In 2007, Bioware (famous for Baldur's Gate and Neverwinter Nights) introduced us to their latest creation titled Mass Effect. It transitioned into a trilogy of sci-fi action roleplaying games, taking place on Earth and many other locations throughout the galaxy - whether or not they truly exist is up for debate, naturally. Initially, we're introduced to Commander Shepard, a character whom players can craft to be who they want; Shepard is fully customisable in terms of male/female, changing his/her hair, facial features, and background - to an extent of course. We followed Commander Shepard as he/she went after a rogue Spectre named Saren Arterius in the first instalment; battle the Collectors, an alien race hell-bent on abducting entire human colonies to aid the Reapers, in the second instalment; and the trilogy comes to an end as the Reapers bring the battle to Earth for the final conflict.
For some background information, the Reapers are a race of mechanical beings who come into the galaxy after hibernating in an extra-galactic dark space every 50,000 years to completely obliterate all living species to start anew. The Reapers are believed to be the Ramante - or the anti-life - a form of the plague which came as the companion to life. This is prophesied with the Reapers' intentions to cleanse the galaxy of all living species so that it can start anew; in Mass Effect 3, it is revealed that the Reapers consider themselves to be the order that handles the chaos of the universe.
In Bioware's final instalment of the trilogy, the storyline is focused on Commander Shepard and his/her battle with the Reapers. The story is much more serious than that of the previous two games, and the tone is less humorous than the others, but there is plenty of humour and comic relief throughout the game. We're given more information on the Reapers and their purpose (as aforementioned) and even though we're left with some unanswered questions, it's done in a style that leaves it open for fan interpretation, something that a lot of fans fail to realize and complain about. However, Bioware has confirmed that they will be releasing free downloadable content that ought to satisfy the disappointed fans.
It's indeed true what fans are saying about the game's ending; your choices throughout the game do not directly influence the ending as they have in the previous games. Commander Shepard's story comes to an end regardless of the decisions you make, but the method of the closing of his/her story can be changed depending on how prepared your character is for the battle with the Reapers. For instance, if you spend enough time exploring other galaxies and collecting war assets, your "Galaxy at War" readiness will improve, thus influencing the methodology of the ending, but not directly impacting the outcome. SPOILER ALERT: regardless of what choices you make, Commander Shepard will most certainly die, but the result of Earth and the living species will change slightly. However, depending on how your GAW readiness is percentage-wise, you might see a cutscene at the end of your game where Commander Shepard's body is shown under rubble and he/she takes an inhaled breath, showing that he/she is [barely] alive, but Shepard's story still comes to an end.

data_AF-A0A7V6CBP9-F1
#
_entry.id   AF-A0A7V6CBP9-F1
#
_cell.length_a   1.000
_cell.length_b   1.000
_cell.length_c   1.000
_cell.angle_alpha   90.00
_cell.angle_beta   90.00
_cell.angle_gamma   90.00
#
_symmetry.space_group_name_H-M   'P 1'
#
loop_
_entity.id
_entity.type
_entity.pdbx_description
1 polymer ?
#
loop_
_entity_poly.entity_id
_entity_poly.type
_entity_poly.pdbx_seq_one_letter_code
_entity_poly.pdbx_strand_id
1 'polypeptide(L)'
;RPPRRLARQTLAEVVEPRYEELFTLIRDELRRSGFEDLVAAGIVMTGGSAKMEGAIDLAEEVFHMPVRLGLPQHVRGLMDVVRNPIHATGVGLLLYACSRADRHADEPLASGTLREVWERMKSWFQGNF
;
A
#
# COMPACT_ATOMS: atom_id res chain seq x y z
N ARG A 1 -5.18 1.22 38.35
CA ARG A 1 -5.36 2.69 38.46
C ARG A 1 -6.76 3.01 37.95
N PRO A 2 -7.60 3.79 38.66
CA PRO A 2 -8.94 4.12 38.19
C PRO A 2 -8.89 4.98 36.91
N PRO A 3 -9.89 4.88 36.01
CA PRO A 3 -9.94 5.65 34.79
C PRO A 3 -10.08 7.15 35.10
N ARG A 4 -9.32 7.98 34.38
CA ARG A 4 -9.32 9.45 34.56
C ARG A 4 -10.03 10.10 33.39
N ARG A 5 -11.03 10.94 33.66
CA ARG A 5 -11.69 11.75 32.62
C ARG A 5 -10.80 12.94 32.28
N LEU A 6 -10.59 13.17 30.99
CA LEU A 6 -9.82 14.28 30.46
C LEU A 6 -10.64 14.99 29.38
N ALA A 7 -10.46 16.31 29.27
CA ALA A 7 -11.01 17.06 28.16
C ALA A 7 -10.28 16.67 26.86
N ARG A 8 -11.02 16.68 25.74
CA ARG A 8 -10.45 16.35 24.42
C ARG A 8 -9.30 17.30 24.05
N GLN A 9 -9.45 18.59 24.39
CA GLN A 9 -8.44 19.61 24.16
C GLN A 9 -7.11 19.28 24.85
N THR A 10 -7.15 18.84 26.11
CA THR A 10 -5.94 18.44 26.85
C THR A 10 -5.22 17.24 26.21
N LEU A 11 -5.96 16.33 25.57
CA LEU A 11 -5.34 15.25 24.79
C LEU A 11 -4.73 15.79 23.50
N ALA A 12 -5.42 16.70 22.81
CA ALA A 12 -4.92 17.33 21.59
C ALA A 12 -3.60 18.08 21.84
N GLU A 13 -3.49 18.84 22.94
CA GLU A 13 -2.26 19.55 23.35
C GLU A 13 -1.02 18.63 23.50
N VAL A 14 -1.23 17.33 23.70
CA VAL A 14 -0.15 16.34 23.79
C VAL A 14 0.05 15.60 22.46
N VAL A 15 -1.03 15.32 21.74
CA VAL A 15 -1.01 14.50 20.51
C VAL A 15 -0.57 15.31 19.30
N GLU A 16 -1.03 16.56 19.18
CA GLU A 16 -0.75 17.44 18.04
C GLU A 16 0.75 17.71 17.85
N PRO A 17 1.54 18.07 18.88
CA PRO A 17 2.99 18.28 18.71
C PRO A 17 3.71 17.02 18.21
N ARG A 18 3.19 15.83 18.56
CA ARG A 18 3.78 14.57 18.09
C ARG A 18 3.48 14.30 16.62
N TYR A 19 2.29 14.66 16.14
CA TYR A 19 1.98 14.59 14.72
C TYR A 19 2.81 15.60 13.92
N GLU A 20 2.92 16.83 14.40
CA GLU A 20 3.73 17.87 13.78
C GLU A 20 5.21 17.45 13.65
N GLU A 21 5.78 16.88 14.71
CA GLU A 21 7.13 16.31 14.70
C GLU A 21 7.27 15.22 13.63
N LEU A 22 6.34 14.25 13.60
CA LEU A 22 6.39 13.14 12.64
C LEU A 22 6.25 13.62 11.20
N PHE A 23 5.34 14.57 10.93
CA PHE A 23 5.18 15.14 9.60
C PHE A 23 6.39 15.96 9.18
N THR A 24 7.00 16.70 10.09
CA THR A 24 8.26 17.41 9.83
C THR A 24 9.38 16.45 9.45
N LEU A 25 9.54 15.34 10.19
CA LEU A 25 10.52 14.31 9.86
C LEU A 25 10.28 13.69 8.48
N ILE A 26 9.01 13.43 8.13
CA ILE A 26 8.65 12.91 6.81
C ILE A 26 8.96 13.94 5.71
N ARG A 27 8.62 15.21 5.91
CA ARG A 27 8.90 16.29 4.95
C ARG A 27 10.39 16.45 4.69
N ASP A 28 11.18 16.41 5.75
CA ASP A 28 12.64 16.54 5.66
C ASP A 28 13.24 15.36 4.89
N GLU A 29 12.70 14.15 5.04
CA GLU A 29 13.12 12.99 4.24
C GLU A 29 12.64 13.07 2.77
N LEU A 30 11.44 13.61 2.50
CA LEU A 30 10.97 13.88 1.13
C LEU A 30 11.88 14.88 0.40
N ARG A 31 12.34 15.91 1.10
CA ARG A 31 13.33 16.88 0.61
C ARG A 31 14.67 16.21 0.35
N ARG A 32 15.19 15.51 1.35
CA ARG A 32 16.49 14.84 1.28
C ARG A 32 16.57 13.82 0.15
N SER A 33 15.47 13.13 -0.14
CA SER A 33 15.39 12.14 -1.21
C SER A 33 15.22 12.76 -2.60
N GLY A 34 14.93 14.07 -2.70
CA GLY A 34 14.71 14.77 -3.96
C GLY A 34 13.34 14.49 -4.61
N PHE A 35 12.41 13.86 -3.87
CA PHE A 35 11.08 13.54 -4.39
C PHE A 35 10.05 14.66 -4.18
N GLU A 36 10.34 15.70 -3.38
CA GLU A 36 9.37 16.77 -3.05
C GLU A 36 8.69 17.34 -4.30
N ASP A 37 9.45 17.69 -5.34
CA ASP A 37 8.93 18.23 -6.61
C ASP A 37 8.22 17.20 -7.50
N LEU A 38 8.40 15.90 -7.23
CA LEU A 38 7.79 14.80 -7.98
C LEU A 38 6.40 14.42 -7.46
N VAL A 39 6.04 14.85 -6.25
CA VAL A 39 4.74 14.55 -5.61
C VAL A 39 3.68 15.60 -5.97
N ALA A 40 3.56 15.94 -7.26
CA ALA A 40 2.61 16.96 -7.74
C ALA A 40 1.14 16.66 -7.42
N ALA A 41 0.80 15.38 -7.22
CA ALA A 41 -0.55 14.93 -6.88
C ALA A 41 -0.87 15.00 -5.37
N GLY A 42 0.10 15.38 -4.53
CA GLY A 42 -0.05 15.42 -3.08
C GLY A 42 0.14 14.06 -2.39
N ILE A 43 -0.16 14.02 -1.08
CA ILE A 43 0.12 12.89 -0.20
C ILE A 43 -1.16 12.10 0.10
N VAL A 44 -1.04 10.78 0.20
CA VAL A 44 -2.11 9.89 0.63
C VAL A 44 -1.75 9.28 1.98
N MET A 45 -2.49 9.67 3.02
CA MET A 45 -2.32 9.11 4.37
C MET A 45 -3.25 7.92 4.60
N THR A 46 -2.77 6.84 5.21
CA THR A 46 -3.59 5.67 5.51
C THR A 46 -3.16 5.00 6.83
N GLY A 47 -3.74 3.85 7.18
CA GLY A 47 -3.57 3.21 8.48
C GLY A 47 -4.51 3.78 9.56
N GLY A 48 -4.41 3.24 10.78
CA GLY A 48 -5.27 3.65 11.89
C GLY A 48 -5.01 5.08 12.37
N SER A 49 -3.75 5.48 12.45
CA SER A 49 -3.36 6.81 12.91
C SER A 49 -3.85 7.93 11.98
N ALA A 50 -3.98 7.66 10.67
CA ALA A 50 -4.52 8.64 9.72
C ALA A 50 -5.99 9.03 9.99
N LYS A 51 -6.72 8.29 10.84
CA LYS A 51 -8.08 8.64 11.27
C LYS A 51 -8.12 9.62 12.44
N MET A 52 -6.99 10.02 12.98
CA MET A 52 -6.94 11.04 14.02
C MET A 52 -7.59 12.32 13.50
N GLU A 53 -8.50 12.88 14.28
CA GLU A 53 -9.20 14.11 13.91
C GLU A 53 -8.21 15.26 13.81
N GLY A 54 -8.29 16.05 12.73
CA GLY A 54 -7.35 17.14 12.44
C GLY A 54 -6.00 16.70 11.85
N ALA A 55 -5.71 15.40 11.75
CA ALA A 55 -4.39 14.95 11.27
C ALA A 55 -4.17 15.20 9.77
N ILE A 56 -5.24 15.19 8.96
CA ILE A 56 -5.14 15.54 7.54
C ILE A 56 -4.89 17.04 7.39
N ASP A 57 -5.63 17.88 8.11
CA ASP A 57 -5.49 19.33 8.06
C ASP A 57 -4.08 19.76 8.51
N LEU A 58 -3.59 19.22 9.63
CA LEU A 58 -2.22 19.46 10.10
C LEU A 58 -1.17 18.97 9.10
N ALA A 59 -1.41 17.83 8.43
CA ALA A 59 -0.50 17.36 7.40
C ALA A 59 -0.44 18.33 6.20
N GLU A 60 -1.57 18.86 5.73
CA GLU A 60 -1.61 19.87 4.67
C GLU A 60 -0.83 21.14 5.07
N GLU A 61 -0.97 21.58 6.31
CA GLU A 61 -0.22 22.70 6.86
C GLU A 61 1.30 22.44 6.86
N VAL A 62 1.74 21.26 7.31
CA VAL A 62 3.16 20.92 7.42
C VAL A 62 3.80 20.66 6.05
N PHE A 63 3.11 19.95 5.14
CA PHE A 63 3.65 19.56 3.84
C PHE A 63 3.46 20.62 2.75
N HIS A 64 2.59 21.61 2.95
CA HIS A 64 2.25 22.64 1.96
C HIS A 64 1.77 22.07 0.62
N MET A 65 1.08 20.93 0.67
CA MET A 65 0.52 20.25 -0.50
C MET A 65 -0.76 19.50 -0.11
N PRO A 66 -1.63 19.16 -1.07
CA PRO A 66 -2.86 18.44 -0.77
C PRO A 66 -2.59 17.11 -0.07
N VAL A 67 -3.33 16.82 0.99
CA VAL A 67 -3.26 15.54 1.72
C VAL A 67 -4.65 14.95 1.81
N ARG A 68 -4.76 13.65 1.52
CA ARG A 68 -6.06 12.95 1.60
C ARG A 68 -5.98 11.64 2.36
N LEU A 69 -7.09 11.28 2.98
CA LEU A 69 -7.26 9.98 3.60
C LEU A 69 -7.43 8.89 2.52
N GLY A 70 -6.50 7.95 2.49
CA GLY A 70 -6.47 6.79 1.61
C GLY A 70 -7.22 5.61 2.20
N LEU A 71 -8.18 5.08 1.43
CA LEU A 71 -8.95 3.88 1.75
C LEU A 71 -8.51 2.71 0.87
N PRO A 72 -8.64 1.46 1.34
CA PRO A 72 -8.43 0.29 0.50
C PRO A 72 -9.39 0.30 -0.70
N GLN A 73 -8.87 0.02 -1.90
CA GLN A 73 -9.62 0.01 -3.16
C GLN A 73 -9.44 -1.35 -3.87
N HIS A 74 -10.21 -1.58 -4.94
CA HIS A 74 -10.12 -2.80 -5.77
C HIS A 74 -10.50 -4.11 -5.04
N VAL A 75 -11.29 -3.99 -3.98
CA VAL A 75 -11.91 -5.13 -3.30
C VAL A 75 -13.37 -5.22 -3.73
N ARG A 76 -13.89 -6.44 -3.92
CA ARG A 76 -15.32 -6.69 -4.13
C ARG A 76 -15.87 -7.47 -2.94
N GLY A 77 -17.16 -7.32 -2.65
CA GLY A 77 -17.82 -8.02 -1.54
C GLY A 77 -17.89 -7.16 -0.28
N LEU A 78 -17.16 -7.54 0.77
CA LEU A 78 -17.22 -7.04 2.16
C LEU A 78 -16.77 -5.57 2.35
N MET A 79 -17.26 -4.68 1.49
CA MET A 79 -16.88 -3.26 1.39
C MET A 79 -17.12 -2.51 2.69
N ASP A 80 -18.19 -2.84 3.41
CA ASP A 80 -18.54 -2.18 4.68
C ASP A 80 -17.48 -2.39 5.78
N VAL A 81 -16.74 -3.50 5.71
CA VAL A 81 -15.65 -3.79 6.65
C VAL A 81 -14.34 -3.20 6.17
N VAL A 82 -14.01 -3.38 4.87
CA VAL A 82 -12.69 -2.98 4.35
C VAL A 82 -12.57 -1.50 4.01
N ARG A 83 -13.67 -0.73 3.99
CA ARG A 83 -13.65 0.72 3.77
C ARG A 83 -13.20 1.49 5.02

Not too long after the intense introduction of the game, you'll be back as the Normandy's captain and make your way around the galaxy saving lives, executing missions, and preparing your squad for the fight on the homeworld. Since the primary goal of the game is to gather a personal army to take to the frontlines against the Reapers, a lot of the game is revolved around recruiting missions. But that's not as bad as it sounds; you won't be running around the Citadel doing favours for people in order for them to join your cause, but with the galaxy and every life at stake, you'd think people would be more willing to dive through the door to the Normandy and help in any way they can. But where would be the fun in that? In classic Mass Effect style, you'll roam the galaxy and help people in need, collect information on the Reapers, Cerberus and the Illusive Man, and miscellaneous side quests to aid you in your quest - all in classic mission form.